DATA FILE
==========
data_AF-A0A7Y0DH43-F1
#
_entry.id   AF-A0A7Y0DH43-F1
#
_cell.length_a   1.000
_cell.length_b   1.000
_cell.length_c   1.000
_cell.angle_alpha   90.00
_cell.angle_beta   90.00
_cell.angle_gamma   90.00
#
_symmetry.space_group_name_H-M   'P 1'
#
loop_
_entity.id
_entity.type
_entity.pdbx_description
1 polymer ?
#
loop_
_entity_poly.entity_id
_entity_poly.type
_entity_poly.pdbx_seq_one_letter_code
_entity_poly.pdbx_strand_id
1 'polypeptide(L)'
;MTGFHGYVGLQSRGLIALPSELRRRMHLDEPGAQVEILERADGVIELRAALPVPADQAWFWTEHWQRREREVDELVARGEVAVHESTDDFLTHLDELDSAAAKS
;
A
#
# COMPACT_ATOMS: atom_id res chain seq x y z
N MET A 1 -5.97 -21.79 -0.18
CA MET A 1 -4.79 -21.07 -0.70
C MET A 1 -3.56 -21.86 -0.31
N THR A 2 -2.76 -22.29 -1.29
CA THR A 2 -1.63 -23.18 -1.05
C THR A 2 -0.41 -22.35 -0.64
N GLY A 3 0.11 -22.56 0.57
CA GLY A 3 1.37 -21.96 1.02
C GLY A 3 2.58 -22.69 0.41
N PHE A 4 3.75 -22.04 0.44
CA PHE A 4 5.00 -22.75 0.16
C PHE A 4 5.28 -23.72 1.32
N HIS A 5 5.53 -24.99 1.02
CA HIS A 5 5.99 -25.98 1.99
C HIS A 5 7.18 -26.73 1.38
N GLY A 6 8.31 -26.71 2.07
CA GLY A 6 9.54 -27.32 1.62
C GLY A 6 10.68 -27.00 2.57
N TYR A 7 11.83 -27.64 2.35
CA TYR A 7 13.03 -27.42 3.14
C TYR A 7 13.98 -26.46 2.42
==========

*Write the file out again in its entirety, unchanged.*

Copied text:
data_AF-A0A7Y0DH43-F1
#
_entry.id   AF-A0A7Y0DH43-F1
#
_cell.length_a   1.000
_cell.length_b   1.000
_cell.length_c   1.000
_cell.angle_alpha   90.00
_cell.angle_beta   90.00
_cell.angle_gamma   90.00
#
_symmetry.space_group_name_H-M   'P 1'
#
loop_
_entity.id
_entity.type
_entity.pdbx_description
1 polymer ?
#
loop_
_entity_poly.entity_id
_entity_poly.type
_entity_poly.pdbx_seq_one_letter_code
_entity_poly.pdbx_strand_id
1 'polypeptide(L)'
;MTGFHGYVGLQSRGLIALPSELRRRMHLDEPGAQVEILERADGVIELRAALPVPADQAWFWTEHWQRREREVDELVARGEVAVHESTDDFLTHLDELDSAAAKS
;
A
#
# COMPACT_ATOMS: atom_id res chain seq x y z
N MET A 1 -5.97 -21.79 -0.18
CA MET A 1 -4.79 -21.07 -0.70
C MET A 1 -3.56 -21.86 -0.31
N THR A 2 -2.76 -22.29 -1.29
CA THR A 2 -1.63 -23.18 -1.05
C THR A 2 -0.41 -22.35 -0.64
N GLY A 3 0.11 -22.56 0.57
CA GLY A 3 1.37 -21.96 1.02
C GLY A 3 2.58 -22.69 0.41
N PHE A 4 3.75 -22.04 0.44
CA PHE A 4 5.00 -22.75 0.16
C PHE A 4 5.28 -23.72 1.32
N HIS A 5 5.53 -24.99 1.02
CA HIS A 5 5.99 -25.98 1.99
C HIS A 5 7.18 -26.73 1.38
N GLY A 6 8.31 -26.71 2.07
CA GLY A 6 9.54 -27.32 1.62
C GLY A 6 10.68 -27.00 2.57
N TYR A 7 11.83 -27.64 2.35
CA TYR A 7 13.03 -27.42 3.14
C TYR A 7 13.98 -26.46 2.42